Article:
The A.B.C. Murders Summary & Study Guide

This Study Guide consists of approximately 41 pages of chapter summaries, quotes, character analysis, themes, and more - everything you need to sharpen your knowledge of The A.B.C. Murders.
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The A.B.C. Murders Summary & Study Guide Description

The A.B.C. Murders Summary & Study Guide includes comprehensive information and analysis to help you understand the book. This study guide contains the following sections:

This detailed literature summary also contains Quotes and a Free Quiz on The A.B.C. Murders by .

The following version of this book was used to create this study guide: Christie, Agatha. The ABC Murders. HarperCollins Publishers, 2011. Originally published in 1936.

Hercule Poirot is an acclaimed detective, originally from France, but currently retired from Scotland Yard in England. He and his friend Captain Hastings yearn for more mystery in their retired lives when, suddenly, Poirot receives a letter from an unknown source. It details a murder of someone unknown that will take place in Andover. Signed by ABC, this murder actually does happen to a Mrs. Ascher, a small shop owner. Poirot and Hastings look into the murder, but the only strange thing is the ABC railway guide that was left face down on the counter. This murder does not take much notice by the press as it happened in a small town and to an elderly lady with an angry ex-husband.

The next letter Poirot receives details a murder in Bexhill. Although the authorities are put on guard about the potential for this to be connected, Betty Barnard is still murdered. She is a young, beautiful waitress at the local seaside restaurant. The only connection between the two murders, besides the continuation of the alphabet, is the ABC railway guide found near them. This murder is much more publicized than the last one and Poirot and the Scotland Yard team working on this case decide to publish the letters and warn about any upcoming murders. Unfortunately, the letter about the upcoming murder in Churston goes astray, and arrives late. By the time that Poirot receives the letter it is the night before the intended murder. Sir Carmichael Clarke is murdered, the heir to a wealthy estate and husband to the dying Lady Clarke, this murder is, like the Bexhill murder, more publicized and widely spread.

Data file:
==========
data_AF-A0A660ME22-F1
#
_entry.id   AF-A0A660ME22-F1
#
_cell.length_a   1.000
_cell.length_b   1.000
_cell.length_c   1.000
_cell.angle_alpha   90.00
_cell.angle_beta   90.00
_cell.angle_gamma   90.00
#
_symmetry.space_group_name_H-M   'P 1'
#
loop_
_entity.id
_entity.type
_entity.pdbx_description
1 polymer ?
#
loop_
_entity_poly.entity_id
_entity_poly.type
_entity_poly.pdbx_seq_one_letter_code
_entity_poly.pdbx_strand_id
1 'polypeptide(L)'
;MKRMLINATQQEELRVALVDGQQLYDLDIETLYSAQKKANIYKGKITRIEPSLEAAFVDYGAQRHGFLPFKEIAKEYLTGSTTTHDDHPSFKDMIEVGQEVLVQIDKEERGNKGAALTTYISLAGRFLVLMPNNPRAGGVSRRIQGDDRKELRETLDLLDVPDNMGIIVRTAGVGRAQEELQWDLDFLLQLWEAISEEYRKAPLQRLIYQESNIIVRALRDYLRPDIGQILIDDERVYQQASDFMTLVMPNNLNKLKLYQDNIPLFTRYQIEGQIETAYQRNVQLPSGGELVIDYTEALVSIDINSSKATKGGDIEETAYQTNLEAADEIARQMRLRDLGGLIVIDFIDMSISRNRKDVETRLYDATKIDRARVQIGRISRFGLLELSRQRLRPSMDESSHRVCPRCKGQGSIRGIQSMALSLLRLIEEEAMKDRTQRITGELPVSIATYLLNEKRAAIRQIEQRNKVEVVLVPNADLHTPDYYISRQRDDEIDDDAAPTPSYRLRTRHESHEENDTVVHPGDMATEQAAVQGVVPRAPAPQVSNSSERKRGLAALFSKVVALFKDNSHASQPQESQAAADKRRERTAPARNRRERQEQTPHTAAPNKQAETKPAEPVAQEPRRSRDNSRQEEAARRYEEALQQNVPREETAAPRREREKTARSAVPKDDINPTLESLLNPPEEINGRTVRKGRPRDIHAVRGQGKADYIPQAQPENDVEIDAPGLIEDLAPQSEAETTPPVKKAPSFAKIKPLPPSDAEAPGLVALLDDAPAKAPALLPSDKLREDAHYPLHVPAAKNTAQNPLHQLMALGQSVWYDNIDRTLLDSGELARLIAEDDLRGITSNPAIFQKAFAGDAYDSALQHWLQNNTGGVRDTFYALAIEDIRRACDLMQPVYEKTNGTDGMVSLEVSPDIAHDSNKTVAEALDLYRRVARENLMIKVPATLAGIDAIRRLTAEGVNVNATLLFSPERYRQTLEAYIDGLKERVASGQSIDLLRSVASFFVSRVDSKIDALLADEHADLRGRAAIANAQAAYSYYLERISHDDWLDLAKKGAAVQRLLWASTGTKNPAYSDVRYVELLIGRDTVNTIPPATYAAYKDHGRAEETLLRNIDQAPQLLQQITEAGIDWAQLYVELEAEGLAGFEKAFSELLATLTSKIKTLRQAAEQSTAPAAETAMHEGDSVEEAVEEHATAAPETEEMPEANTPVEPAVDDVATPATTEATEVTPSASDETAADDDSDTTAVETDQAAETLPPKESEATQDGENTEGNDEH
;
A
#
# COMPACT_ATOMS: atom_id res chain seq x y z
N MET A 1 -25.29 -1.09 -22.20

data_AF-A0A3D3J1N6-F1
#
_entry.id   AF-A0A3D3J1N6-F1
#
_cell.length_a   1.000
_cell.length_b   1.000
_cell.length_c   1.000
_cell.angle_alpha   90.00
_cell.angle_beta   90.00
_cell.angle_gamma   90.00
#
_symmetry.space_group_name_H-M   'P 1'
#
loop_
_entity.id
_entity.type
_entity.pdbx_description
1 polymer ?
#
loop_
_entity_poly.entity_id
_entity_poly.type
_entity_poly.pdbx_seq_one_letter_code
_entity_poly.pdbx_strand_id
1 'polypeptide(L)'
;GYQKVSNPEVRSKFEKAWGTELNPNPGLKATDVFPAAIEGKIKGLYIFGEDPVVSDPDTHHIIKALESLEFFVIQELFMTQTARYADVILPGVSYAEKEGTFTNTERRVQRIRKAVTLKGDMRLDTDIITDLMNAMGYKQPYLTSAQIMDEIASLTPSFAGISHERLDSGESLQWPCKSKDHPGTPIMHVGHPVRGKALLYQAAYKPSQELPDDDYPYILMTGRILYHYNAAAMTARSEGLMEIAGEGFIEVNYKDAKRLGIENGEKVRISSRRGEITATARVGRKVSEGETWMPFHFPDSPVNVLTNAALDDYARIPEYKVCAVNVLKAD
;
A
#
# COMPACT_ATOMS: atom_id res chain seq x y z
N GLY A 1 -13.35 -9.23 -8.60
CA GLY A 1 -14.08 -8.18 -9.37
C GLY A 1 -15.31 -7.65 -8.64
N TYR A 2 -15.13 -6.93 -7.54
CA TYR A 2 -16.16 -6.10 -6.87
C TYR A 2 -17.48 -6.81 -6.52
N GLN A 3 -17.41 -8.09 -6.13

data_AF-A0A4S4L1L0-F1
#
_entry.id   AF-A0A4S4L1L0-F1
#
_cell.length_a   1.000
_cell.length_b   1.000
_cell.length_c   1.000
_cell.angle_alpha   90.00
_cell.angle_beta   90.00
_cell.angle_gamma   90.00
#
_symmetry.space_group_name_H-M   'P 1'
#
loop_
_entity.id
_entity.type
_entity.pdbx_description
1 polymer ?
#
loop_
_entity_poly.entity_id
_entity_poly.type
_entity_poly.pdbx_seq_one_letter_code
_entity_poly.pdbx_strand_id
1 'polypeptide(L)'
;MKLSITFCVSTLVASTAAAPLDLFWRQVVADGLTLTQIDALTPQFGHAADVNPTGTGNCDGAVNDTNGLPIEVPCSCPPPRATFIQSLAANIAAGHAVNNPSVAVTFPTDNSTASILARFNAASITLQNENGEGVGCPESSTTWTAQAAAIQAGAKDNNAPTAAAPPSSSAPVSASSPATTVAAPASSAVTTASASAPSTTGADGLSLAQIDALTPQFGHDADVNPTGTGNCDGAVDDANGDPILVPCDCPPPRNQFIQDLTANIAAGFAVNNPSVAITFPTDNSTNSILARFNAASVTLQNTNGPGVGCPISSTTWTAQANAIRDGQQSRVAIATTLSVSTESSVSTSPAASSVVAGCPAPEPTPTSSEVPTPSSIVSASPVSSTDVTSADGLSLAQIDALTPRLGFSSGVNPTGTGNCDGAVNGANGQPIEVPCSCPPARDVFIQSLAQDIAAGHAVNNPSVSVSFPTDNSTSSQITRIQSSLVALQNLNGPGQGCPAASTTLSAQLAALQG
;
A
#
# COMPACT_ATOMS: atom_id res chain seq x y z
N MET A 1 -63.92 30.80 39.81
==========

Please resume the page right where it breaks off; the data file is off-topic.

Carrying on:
Hastings, after the case, has compiled stories from not only Poirot but from other narratives happening at the same time. Through these murders, the narrative of a Mr. Alexander Bonaparte Cust is detailed. He is a traveling salesman who has been at the site of every murder, and when the Doncaster murder is revealed in a letter to Poirot, he goes to Doncaster, sent there on business.

By this time, the members of the families of the victims have coalesced a Special Legion to help with the case. In this group is Mary Drower, niece of Mrs. Andover, Megan Barnard, sister of Betty Barnard, Donald Fraser, boyfriend of Betty Barnard, Thora Grey, secretary to Sir Carmichael Clarke, and Franklin Clarke, brother of Sir Carmichael Clarke. They want to help Poirot with the murder and so they go to Doncaster where a Mr. George Earlsfield is murdered. A mistake? Poirot leans on this mistake in order to figure out who the real murderer is.

Alexander Bonaparte Cust finds himself with the knife that killed George Earlsfield and the blood on his coat. His landlady’s daughter goes to Poirot to tell Poirot about the murder, and before the police can get there, Cust runs off. He ends up in Andover, the scene of the first murder, and hands himself in to the police, by collapsing on their doorstep (he suffers from epilepsy). After some investigation, however, it would appear that he is not the murderer.

Poirot, in a dramatic unfolding, points to who is the real murderer. Motivated by jealousy and wanting money, Franklin Clarke murdered these people to disguise the murder of his brother, thinking that it might not cause so much attention if it were part of a larger group.

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